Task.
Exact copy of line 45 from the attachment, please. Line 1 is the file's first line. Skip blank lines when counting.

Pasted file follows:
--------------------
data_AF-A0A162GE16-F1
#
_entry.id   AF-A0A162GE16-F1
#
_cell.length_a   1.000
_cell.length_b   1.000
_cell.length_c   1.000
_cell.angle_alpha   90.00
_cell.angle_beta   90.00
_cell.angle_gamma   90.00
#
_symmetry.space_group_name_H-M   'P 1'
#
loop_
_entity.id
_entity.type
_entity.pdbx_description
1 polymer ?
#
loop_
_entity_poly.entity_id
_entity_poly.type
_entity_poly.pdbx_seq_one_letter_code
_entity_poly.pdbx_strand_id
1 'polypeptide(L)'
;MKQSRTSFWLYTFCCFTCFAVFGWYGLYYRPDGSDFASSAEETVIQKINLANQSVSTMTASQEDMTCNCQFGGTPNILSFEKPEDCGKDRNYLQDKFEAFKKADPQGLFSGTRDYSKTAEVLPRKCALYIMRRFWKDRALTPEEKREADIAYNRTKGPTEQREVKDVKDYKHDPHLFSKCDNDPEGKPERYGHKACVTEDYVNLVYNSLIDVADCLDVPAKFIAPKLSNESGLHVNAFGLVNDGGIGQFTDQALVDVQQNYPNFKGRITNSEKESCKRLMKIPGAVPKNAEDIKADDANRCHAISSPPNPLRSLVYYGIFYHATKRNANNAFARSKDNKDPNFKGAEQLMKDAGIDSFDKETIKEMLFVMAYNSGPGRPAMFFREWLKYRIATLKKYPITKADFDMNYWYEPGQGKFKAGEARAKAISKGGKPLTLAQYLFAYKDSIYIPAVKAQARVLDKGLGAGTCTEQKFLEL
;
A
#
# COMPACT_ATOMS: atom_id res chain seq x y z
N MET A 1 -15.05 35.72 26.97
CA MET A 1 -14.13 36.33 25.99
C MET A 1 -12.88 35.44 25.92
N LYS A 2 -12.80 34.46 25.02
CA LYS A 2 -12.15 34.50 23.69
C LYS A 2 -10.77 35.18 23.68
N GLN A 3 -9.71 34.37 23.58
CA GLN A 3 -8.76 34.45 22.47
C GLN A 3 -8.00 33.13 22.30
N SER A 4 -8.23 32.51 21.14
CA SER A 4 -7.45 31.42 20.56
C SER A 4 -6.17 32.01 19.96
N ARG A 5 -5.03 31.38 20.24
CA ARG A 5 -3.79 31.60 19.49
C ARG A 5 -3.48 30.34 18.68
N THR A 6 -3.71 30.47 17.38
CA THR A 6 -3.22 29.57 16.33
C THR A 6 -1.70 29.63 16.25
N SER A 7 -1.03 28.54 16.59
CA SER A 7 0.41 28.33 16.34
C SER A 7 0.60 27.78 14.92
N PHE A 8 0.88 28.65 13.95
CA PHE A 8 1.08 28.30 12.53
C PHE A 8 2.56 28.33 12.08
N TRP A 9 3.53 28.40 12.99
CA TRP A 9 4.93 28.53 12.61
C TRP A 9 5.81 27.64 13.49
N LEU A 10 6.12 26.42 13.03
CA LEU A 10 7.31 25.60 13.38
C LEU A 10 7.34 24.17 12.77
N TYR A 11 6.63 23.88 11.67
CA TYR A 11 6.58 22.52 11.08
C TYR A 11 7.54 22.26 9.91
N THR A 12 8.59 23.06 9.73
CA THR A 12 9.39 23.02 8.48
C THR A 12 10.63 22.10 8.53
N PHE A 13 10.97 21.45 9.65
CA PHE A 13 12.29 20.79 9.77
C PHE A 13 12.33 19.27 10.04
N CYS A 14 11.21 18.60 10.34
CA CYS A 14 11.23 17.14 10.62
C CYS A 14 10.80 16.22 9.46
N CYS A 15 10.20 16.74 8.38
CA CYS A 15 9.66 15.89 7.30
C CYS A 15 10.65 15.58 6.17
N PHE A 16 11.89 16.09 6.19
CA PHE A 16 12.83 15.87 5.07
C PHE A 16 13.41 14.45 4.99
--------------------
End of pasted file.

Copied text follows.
C ARG A 5 -3.48 30.34 18.68